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      2019 Legislative and Grassroots Mobilization Conference


      We are fighting against attacks on our pay, retirement, benefits and employee rights. This conference is our chance to come to Washington, D.C. and tell Congress about the important work we do for the American public. Let’s fight for our pay, benefits and rights. Come make your voice heard on Capitol Hill! Will you join us? 

      Here are the key details:

      • Where: Hyatt Regency Capitol Hill, 400 New Jersey Avenue NW, Washington, D.C. 20001.
      • When: Sunday, Feb. 10 through Wednesday, Feb. 13.
      • Congressional Visits: Capitol Hill and D.C. Council visits will occur on February 12 & February 13.
      • Set up your meetings with Members of Congress for February 12-13, and report them on this form.
      • Need help setting up your meetings? Click here to find a list of AFGE legislative and political organizers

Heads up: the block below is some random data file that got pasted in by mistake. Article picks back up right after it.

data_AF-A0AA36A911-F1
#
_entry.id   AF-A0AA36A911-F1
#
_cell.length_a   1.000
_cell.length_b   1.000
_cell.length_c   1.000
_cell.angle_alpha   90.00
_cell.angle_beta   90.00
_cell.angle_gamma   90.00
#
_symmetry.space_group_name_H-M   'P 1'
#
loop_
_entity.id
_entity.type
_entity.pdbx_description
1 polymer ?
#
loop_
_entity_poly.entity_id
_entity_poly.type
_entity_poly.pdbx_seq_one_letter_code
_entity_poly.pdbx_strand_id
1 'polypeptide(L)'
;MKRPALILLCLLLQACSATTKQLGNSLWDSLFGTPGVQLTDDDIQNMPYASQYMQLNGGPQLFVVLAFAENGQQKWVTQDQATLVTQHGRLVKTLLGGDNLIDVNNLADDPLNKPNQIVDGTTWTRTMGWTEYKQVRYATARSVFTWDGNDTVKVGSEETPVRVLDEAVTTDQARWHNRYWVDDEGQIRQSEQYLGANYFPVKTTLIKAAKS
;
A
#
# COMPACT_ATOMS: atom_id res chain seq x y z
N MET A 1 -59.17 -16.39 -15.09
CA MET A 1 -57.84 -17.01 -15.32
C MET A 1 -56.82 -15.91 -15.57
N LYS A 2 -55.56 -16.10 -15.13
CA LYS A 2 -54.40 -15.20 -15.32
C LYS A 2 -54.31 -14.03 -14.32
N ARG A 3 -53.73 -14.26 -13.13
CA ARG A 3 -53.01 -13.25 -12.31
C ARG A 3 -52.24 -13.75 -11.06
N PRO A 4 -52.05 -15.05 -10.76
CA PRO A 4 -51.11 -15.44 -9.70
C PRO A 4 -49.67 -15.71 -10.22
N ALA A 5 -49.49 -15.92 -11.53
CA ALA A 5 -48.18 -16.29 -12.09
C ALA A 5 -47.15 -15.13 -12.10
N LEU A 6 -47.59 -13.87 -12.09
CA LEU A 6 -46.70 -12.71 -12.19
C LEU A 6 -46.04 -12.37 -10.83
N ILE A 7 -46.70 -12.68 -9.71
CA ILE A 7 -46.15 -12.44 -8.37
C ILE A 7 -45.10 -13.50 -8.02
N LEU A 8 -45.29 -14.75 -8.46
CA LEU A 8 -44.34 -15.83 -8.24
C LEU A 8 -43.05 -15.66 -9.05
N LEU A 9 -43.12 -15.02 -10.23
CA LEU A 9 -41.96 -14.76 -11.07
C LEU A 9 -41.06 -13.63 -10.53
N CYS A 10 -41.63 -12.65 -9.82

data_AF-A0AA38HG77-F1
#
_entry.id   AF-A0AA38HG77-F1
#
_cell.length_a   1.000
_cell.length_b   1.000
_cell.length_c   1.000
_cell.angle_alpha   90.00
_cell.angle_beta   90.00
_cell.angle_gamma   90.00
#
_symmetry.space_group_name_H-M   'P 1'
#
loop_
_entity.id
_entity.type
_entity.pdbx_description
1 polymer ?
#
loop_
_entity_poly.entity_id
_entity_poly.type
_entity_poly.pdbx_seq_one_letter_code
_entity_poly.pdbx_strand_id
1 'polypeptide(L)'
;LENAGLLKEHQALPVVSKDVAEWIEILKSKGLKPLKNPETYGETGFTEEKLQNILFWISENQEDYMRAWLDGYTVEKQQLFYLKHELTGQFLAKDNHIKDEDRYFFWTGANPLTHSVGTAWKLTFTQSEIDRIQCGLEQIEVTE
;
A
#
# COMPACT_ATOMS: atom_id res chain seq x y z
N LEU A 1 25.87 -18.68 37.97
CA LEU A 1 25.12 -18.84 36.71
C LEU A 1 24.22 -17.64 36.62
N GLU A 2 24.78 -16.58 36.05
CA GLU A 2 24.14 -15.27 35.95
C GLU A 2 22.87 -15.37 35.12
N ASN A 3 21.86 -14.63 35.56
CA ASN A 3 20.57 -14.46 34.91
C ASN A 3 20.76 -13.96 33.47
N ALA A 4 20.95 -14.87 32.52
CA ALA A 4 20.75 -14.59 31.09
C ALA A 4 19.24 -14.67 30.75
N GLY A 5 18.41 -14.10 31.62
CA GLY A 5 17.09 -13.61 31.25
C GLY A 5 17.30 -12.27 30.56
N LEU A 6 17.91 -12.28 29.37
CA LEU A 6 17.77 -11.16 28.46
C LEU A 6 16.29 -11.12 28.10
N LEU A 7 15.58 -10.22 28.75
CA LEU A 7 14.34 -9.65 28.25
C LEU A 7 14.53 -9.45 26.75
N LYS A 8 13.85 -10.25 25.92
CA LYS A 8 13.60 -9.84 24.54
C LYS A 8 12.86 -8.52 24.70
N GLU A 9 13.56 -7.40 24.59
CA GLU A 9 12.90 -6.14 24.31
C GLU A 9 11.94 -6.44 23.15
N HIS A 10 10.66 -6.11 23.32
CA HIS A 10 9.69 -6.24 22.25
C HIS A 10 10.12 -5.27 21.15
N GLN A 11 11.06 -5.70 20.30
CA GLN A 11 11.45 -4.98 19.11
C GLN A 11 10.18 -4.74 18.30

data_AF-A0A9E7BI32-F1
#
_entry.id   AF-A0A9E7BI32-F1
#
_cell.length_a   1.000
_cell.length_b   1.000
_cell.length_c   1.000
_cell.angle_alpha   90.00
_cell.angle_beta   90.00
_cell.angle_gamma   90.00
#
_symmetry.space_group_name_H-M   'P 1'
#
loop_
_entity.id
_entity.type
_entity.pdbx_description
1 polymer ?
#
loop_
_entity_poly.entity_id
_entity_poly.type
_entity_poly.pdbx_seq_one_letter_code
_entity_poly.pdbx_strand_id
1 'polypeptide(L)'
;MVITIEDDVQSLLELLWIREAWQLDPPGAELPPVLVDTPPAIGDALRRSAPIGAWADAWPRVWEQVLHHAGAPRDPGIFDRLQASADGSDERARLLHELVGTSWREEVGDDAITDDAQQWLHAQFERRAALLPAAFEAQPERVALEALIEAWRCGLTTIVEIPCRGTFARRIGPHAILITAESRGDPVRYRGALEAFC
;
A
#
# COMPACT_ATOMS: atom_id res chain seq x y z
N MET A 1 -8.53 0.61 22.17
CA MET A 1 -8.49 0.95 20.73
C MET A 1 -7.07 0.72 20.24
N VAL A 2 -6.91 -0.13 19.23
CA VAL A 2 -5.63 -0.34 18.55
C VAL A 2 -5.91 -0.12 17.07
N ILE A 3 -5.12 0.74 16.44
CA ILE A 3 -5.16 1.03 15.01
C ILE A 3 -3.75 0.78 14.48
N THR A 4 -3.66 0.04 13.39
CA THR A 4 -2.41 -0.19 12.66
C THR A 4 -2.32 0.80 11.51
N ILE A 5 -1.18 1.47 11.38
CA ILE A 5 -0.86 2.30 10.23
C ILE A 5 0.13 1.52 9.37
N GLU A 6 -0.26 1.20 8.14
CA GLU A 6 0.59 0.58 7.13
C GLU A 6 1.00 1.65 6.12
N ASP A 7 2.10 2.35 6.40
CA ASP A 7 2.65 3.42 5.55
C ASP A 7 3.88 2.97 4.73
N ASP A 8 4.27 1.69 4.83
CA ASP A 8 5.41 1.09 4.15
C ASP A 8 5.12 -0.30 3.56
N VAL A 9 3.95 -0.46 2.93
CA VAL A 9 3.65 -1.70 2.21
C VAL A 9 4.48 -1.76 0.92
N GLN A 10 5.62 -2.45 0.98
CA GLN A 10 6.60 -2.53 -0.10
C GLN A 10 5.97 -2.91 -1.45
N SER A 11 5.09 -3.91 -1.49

• Registration: Registration payments made by check must be received by January 25, 2019, to be eligible for the pre-registration rate.
      • Each attendees’ name should be written on the check.
      • The pre-registration rate is $300 per person and $80 to attend the Civil Rights Luncheon.
      • Hotel: The special hotel rate is $290 for single or double occupancy. Book Your Hotel Room Now by clicking on this link or by calling (877) 803-7534 and mention that you are attending the AFGE Legislative Conference!
      • Rooms are limited so make your reservations soon. The cutoff date for hotel reservations is Jan. 21, 2019.

      Event Details

      • Where

      • Hyatt Regency Washington on Capitol Hill
        400 New Jersey Avenue Northwest
        DC, Washington 20001

      • When

      • Sunday, February 10, 2019 - Wednesday, February 13, 2019
        9:00 AM - 5:00 PM
        Pacific Time

      Government Reopened. We WON!

      Categories: Congress The Insider

      We did it!

      We bombarded Congress with calls and visits. We took to the streets for days on end. And we won!

      Congress and President Trump Jan. 25 reached an agreement to end the longest government shutdown in U.S. history and fund the government through Feb. 15. The Office of Management and Budget sent a memo to agency heads saying furloughed employees may now return to work.

      Our collective actions were covered extensively by the media, which created even more pressure to end the shutdown.